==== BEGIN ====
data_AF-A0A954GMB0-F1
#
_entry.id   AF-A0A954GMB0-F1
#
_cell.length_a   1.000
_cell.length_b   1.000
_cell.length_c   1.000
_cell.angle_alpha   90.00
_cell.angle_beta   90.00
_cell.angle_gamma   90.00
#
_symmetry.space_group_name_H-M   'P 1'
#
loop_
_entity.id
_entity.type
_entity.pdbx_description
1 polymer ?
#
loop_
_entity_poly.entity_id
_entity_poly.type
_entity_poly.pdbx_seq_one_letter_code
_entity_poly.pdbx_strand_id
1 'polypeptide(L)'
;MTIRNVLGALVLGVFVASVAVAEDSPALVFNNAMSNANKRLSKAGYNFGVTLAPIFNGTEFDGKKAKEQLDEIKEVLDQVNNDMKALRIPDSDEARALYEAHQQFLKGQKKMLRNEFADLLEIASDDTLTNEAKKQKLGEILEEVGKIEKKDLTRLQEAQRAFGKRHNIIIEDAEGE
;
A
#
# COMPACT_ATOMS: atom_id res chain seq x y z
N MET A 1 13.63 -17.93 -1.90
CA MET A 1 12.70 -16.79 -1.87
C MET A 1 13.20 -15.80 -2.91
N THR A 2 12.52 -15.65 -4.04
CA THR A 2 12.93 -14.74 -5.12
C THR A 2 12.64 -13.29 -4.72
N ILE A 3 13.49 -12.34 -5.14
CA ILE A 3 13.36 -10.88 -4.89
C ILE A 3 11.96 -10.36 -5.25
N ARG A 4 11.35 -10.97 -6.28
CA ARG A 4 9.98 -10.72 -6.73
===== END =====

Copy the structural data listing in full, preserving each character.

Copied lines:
data_AF-A0A954GMB0-F1
#
_entry.id   AF-A0A954GMB0-F1
#
_cell.length_a   1.000
_cell.length_b   1.000
_cell.length_c   1.000
_cell.angle_alpha   90.00
_cell.angle_beta   90.00
_cell.angle_gamma   90.00
#
_symmetry.space_group_name_H-M   'P 1'
#
loop_
_entity.id
_entity.type
_entity.pdbx_description
1 polymer ?
#
loop_
_entity_poly.entity_id
_entity_poly.type
_entity_poly.pdbx_seq_one_letter_code
_entity_poly.pdbx_strand_id
1 'polypeptide(L)'
;MTIRNVLGALVLGVFVASVAVAEDSPALVFNNAMSNANKRLSKAGYNFGVTLAPIFNGTEFDGKKAKEQLDEIKEVLDQVNNDMKALRIPDSDEARALYEAHQQFLKGQKKMLRNEFADLLEIASDDTLTNEAKKQKLGEILEEVGKIEKKDLTRLQEAQRAFGKRHNIIIEDAEGE
;
A
#
# COMPACT_ATOMS: atom_id res chain seq x y z
N MET A 1 13.63 -17.93 -1.90
CA MET A 1 12.70 -16.79 -1.87
C MET A 1 13.20 -15.80 -2.91
N THR A 2 12.52 -15.65 -4.04
CA THR A 2 12.93 -14.74 -5.12
C THR A 2 12.64 -13.29 -4.72
N ILE A 3 13.49 -12.34 -5.14
CA ILE A 3 13.36 -10.88 -4.89
C ILE A 3 11.96 -10.36 -5.25
N ARG A 4 11.35 -10.97 -6.28
CA ARG A 4 9.98 -10.72 -6.73